It was several months later when I began to develop severe abdominal pain. Different place, though, more to the side, and higher up. So it was a trip to ER for me, and after hours of literally crying with the pain – I’m usually a pretty tough cookie when it comes to pain, even the pancreatitis, but this was intense. It felt like there was a rock stuck inside my body; scraping-poking-piercing intensely. After hours, I finally asked some other nurse if I could lie down in one of the many empty beds, because for some reason my nurse judged I didn’t need one of the beds that has been empty for the last 5 hours. Nothing visible in scans, but all in the same casual breath, the doctor informed me I might have passed a kidney stone, and that I had a impressively impacted colon. Those sort of adjectives coming out of a doctors mouth worry me. His advice was take laxatives, many kinds, for a month, and then have another x-ray. Whoopee.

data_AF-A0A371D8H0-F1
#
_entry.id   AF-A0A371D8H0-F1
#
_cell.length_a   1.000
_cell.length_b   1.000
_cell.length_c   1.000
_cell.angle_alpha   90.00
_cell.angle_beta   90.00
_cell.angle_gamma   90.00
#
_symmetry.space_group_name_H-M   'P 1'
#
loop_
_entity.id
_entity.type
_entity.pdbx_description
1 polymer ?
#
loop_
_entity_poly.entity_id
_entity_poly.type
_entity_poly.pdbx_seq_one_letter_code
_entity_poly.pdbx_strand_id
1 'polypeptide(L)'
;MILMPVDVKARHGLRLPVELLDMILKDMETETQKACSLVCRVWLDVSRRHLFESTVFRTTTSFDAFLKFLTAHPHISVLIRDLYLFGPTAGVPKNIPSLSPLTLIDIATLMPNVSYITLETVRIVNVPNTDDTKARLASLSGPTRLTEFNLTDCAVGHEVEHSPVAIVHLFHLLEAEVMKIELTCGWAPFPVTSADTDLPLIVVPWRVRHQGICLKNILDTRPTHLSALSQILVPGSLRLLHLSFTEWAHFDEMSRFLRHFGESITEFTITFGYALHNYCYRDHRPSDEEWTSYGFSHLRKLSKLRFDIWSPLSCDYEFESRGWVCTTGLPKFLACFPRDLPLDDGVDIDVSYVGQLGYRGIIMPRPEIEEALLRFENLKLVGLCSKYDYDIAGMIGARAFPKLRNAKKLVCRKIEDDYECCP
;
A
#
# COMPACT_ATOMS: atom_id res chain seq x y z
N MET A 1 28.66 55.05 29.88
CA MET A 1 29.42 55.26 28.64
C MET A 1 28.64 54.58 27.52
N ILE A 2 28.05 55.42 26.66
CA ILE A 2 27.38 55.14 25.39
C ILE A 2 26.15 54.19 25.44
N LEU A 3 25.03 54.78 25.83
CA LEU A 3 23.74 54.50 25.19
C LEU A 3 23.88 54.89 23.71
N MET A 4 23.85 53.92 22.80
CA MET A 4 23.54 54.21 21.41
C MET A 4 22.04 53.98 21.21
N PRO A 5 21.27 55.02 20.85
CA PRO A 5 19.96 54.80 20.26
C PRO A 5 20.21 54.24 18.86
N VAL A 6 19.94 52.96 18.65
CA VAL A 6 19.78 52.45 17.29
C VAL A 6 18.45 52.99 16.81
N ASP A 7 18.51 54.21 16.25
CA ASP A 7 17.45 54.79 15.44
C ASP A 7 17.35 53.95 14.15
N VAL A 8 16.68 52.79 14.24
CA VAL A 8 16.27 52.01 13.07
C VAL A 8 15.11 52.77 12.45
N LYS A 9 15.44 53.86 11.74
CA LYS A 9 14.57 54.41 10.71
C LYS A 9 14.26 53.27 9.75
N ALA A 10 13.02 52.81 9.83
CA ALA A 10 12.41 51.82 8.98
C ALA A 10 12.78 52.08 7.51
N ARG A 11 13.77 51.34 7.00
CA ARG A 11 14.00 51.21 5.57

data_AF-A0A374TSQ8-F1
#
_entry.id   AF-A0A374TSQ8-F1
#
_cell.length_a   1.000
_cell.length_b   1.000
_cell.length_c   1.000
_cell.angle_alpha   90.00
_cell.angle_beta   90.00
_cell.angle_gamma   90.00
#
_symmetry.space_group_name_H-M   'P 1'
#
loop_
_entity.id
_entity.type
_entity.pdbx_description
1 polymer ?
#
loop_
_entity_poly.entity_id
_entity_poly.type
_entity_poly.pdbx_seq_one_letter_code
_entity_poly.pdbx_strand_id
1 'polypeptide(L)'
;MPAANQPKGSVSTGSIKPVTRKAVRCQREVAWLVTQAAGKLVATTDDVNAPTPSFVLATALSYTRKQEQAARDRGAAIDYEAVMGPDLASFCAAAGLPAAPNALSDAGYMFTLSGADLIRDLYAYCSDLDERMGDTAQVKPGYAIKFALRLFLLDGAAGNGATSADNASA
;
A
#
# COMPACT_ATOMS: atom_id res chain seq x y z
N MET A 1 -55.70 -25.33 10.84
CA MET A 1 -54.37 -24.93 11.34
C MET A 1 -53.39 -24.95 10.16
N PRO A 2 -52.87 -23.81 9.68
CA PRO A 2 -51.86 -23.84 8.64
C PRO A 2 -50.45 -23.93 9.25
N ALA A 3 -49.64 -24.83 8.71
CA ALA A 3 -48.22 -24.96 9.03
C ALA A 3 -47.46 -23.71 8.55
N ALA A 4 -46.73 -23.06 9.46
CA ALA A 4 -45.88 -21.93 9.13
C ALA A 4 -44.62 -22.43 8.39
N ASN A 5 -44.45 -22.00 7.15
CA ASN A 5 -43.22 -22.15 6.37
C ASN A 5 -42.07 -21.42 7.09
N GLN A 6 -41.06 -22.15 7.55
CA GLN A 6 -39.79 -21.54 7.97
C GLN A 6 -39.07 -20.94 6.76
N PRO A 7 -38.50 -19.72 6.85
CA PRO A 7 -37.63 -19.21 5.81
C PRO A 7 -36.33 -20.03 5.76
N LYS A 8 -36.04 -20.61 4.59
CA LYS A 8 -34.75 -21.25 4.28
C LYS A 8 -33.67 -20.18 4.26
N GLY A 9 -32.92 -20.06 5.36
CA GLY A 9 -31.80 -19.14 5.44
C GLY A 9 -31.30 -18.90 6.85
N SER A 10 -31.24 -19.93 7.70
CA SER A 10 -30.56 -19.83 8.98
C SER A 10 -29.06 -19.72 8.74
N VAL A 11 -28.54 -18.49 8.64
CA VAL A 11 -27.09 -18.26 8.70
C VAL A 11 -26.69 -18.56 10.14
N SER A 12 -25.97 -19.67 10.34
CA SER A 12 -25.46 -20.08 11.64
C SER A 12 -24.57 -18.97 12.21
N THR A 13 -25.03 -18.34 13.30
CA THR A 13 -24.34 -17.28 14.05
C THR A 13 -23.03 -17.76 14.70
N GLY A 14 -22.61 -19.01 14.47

It was a very bizarre month. Laxatives makes it feel like you are scraping nails down your intestine walls. I was not hungry at all. I felt full, in fact. So full that I was practically in tears at the thought of a bite of toast, a sip of water. And still, the painful urination was always there, but would intensify so sharply and suddenly, and then last for hours, lessening gradually. I’m not sure whether or not I was born with medical intuition, or if I have honed these skills during my illness, but my mum and I both get clear ideas of what is going on. I knew, without question, I was experiencing kidney stone ‘showers’, many tiny stones, that were being missed with all the dipstick tests. I knew they would be missed, each time I patiently gave a sample, because the pain was not at its peak. High pain = passing stones, wouldn’t you think?